Those parameters tell FD the Fulcrum organization name, your API token, and desired Postgres database name. When run the first time, you’ll see Docker downloading all of the dependency containers, then creating your database (with PostGIS extensions), and syncing the data for the account.
After a few minutes (depending on the amount of data in your Fulcrum account), you’ll have a database called fulcrum_data in Postgres that contains all of the apps and records from your account. You’ll also have a /data directory in that repository with a SQLite version of all your Fulcrum data.
Fulcrum Desktop creates many tables by default to represent various pieces of data. Combining the custom fulcrum_views schema above with the FULCRUM_PG_ARGS setting will create nice user-friendly views for working with your records, photos, and changeset history.
If you want to connect and sync regularly, like in a scheduled task, it’s useful to set these parameters as global environment variables in your path. I do this by creating a hidden .fulcrum-desktop settings file with the parameters setup (see this example). You’d just need to load this into your shell profile to make sure the variables are included in your path.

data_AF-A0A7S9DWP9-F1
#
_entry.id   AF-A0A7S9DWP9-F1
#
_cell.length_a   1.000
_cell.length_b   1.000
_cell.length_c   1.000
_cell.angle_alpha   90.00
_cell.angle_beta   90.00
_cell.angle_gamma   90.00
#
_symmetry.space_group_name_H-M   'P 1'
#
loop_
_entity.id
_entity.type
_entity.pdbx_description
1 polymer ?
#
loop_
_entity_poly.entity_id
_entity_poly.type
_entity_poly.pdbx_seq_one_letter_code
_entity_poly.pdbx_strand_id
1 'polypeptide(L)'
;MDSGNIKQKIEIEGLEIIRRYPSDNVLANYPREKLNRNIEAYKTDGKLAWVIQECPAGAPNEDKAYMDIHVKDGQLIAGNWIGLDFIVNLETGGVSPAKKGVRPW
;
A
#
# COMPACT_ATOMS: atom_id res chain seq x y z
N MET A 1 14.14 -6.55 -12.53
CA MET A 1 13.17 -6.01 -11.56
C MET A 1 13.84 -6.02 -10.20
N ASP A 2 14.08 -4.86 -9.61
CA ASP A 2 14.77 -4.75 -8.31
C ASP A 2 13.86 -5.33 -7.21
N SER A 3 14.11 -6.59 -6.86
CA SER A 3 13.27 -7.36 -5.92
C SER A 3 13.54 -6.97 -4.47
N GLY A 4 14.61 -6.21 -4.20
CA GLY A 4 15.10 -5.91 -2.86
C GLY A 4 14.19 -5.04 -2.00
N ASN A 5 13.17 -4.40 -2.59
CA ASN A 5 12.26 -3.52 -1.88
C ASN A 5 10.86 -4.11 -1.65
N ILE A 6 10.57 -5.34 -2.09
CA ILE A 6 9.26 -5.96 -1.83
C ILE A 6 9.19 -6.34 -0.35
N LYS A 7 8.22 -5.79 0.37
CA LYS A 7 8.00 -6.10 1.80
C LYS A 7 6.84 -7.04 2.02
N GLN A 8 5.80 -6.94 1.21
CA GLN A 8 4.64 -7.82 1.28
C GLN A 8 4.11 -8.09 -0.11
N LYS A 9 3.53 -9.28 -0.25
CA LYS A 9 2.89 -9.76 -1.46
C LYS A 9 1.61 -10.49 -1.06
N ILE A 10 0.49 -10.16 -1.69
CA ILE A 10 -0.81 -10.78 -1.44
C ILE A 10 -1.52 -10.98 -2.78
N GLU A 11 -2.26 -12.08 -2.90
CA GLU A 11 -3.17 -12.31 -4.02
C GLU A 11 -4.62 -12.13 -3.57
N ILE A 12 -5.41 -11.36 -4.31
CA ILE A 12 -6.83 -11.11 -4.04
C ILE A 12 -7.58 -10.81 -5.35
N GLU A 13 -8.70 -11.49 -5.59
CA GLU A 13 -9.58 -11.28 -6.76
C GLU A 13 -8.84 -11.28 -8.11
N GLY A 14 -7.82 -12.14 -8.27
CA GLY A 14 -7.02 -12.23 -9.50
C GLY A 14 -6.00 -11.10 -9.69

I’m using QGIS 3.4 in this example, but all versions support PostGIS datasources. In the Browser panel, you’ll see PostGIS as a source type, so right-click there and select “New Connection.”
Entering the settings above will get your connection setup working. If you have your own database server running already, you may have to change some of the parameters to get connected.
Once connected, you should see the public schema populated with tables for each Fulcrum app in your account, plus tables for other things like roles, memberships, choice lists, and others that you can use perform JOINs on to connect up with other tables. Changesets, for example, store a record for each edit event in your account — useful for analyzing activity over time.
After I adding the “Utility Pole Inspection” app’s table into the QGIS canvas, I can perform any analysis or symbology changes just like I can with other GIS data sources. Here I’ve made some minor symbology changes to classify utility poles by the “pole type” field available in the data:
From here we can do geoprocessing functions, combine with other data, and publish maps. What makes this a powerful tool is the ability to keep things up to date. When changes happen in Fulcrum — like edits to data or new inspections being collected — a re-sync of Fulcrum Desktop updates all of my Postgres tables accordingly. So if I have a QGIS map project set up for regular analysis or QA, simply refreshing the data layer after syncing will update my map.
If you’re already using the Fulcrum API, check out Fulcrum Desktop for a simpler way to manage a local version of your data. While our export options are powerful, storing everything in your own PostgreSQL or SQL Server environment gives you the full range of options for integrating your data into your own systems, custom applications, or enterprise GIS platform.